This eagerness to become a disciple and learn truth is the first necessary qualification. Without it nothing can be done; with it everything will come naturally in automatic response from the Overself.
… Humility is the first step on this path. We should realize how little we really know when confronted by the great mysteries of life…
His task is to discover the presence within himself of a deeper and diviner layer of the mind.
The wise aspirant will not hanker after manifestations of the marvellous. He wants the highest life has to offer, and he knows that nothing could be more marvellous than the realization of God as his own self.
If he is to achieve his purpose, it should be clearly pictured in his mind and strongly supported by his will. It should be desired with all his being, believed in with all his heart.
So much depends on to what depth within himself he is willing to go, on how far he can carry his mind’s search for an awakening to a newer consciousness. It is there, it is there, though he does not see it yet. He must not let go but rather must push himself to the limit until exhausted. The promise is that it will not be in vain.
The aspirant’s decision to aim for the highest Goal is the governing factor: if he sticks to this decision, he is bound to succeed sooner or later. The question now arises: What is this Goal? It is the fulfilment of the Real Purpose of life, as apart from the lower purposes of earning a livelihood, rearing a family, and so forth. The aspirant will become fully Self-conscious–as aware of the divine Overself as he now is of his earthly body. And this achievement will be perpetual, not just a matter of occasional glimpses or fleeting intuitions…
He who puts his mind on the Unlimited instead of on the little parts, who does not deal with fractions but with the all-absorbing Whole, gains some of Its power.
Look for the moment when grace intervenes. Do not, in ignorance, fail to intercept it, letting it pass by unheeded and therefore lost. There is a feeling of mystery in this moment which, if lingered with, turns to sacredness. This is the signal; seek to be alone, let go of everything else, cease other activities, begin not meditation but contemplation, the thought-free state.
It is of immense importance, whether in the internal spiritual life or the external worldly career, to cultivate the art of detecting, recognizing, and accepting opportunity… To miss those chances through ignorance or the blindness of unpreparedness, through logic’s limitation or the dismissing of intuition, is to miss portions of success or happiness that could easily have been ours.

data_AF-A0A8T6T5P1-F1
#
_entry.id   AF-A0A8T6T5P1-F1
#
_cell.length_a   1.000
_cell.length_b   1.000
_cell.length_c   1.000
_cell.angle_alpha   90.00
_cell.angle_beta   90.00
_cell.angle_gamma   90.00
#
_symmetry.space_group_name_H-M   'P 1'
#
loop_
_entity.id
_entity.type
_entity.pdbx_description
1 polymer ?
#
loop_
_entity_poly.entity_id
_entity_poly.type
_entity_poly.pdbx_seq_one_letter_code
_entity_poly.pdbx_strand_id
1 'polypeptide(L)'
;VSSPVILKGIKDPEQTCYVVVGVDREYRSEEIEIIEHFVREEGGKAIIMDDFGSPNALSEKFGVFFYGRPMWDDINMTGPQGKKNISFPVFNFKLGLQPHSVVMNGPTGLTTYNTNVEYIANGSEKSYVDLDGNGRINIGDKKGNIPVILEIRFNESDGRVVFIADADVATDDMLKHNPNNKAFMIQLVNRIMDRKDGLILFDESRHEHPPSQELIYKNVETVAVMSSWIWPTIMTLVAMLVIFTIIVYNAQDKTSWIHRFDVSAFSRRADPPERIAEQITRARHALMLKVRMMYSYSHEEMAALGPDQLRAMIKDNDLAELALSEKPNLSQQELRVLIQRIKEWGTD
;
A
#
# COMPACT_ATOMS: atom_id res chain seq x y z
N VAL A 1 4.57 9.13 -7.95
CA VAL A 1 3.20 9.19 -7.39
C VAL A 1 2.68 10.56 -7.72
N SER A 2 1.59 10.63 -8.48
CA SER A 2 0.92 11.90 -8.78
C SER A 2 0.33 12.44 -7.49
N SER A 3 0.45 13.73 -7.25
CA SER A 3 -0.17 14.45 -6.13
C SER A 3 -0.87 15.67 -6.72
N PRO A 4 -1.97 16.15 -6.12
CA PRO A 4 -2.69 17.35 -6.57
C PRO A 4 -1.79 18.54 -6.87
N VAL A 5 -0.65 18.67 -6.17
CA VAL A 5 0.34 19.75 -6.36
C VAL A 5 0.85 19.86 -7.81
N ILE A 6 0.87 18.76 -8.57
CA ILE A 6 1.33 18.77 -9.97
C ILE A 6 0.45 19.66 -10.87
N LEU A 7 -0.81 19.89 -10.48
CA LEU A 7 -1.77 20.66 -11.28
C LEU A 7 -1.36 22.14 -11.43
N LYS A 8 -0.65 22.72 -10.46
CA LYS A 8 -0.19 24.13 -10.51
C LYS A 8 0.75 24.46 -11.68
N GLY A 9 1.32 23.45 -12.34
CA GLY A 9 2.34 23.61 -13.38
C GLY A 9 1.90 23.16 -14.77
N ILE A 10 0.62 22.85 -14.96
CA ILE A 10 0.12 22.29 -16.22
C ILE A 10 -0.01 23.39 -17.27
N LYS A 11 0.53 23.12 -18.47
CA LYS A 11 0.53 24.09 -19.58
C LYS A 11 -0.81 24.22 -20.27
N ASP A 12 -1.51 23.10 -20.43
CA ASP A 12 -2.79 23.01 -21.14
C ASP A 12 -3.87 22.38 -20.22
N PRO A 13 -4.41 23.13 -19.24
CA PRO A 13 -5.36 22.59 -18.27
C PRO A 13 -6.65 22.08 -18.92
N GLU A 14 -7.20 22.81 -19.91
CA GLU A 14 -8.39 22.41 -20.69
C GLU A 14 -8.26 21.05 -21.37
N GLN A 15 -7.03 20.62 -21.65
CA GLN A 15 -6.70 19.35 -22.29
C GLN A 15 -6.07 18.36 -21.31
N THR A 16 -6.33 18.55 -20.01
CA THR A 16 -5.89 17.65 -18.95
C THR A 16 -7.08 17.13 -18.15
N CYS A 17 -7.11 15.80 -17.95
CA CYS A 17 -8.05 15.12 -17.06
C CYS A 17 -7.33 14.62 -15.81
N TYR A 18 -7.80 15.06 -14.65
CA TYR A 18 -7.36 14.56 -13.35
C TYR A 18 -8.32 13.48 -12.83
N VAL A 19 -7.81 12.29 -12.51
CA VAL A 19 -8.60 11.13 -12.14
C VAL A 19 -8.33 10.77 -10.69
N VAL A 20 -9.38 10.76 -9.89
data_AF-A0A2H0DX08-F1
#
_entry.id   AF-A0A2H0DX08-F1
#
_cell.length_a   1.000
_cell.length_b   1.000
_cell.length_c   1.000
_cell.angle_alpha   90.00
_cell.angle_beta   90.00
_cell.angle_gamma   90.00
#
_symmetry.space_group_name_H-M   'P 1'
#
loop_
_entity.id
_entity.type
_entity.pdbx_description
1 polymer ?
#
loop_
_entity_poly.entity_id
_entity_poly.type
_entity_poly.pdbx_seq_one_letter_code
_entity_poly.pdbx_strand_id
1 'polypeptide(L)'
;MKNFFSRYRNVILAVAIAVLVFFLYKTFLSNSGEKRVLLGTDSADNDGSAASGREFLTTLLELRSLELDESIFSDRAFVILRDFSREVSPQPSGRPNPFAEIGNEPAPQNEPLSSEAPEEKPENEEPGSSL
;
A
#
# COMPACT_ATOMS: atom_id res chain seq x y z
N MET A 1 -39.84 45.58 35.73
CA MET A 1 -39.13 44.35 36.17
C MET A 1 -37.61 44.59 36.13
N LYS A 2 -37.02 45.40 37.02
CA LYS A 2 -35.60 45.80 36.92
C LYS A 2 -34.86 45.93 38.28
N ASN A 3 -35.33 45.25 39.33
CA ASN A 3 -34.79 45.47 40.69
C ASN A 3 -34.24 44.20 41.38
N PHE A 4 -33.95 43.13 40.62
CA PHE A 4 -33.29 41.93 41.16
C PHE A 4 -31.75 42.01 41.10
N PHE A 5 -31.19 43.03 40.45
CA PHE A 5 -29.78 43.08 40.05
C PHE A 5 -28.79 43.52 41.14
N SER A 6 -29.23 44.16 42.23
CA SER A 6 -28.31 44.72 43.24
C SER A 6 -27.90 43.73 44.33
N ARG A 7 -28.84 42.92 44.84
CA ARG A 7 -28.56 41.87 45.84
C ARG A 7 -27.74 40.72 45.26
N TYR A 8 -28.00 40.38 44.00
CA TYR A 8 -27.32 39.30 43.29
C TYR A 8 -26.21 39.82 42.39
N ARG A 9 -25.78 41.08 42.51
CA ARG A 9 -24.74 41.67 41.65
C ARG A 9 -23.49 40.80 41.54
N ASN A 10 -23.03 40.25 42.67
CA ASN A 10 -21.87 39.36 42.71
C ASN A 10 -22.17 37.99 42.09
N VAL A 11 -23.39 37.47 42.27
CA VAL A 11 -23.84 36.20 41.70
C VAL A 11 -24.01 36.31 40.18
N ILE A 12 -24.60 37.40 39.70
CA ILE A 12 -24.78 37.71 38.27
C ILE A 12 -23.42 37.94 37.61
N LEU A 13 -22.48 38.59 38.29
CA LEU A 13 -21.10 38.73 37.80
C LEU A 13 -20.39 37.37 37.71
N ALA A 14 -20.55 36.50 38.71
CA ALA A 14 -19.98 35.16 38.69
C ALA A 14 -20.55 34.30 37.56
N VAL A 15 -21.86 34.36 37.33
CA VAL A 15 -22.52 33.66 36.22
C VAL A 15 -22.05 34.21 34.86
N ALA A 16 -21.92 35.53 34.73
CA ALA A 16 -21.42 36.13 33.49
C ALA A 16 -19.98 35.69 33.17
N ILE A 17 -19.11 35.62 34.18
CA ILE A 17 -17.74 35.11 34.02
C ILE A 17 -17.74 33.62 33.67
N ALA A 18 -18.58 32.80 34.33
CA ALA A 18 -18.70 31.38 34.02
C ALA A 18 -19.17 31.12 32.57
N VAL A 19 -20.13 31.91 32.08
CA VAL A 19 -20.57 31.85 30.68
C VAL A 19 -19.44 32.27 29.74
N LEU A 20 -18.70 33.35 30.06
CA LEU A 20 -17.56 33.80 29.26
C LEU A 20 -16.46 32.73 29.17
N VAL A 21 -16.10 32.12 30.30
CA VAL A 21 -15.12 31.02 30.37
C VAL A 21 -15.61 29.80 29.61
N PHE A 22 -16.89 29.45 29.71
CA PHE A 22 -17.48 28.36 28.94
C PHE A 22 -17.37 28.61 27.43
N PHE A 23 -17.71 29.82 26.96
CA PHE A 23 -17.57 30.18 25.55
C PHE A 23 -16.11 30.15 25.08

Whoever wishes to develop beyond the spiritual level of the mass of mankind must begin by changing the normal routine of mankind. He must reflect, pray, and meditate daily. He must scrutinize all his activities by the light of philosophy’s values and ethics…
He can find the Overself even if he is caught up in the work of earning a livelihood. But his participation in the world’s activity and pleasure will have to be a limited one. Not other men’s voices but his own inner voice should say how far he should go along with the world.
The iron strength of his purpose will shield him from temptations, the intense force of his loyalty to the truth will carry him through obstacles and barriers. He is astonished to find how easily the man who knows what he wants can conquer his way to it, if his will is able to go straight to its mark.
There is a weapon which we can place in our hands that will render us independent of external patronage and make us master of circumstance’s ebb and flow. This is the power of persistent will.
The faculty of will is immeasurably more important to the progress of the inner life than that of intellect. For the passions and appetites of the body are controlled by will…
To the fearful, uninstructed seeker everything connected with a worldly life is a stop on his upward way. To the philosophically enlightened student, it is actually a step on his upward way. He redeems the earthly environment by thinking rightly about it, turns every earthly deed into a sacrament because he views it under a divine light, and sees a fellow pilgrim in the worst sinner.
It is not possible for a student to know the changes which are going on in his subconscious mind and which will eventually break through into his consciousness at some time. If he feels he is failing in some way through his attachment to material things, the very recognition of this is itself a sign that he has half-progressed out of this condition and is not satisfied to remain inside these attachments. Of course, the struggle to free himself from them is at its worst when he does not have the feeling of the Divine Presence. But when that feeling comes the struggle itself will automatically begin to die down.
Quite often, the aspirant will not be aware how far he has grown in virtue until some crucial test arises in the sphere of everyday living. Then, to his surprise and pleasure, he may note the ease with which he passes it.
Anyone who pursued the Quest with the same zeal with which everyone pursues earthly things, would soon come within sight of its goal.
He who has nurtured the thoughts and cultivated the stillness and behaved by the injunctions which philosophy has offered him will, when the late evening of his life comes, not only never regret it but be glad for it.
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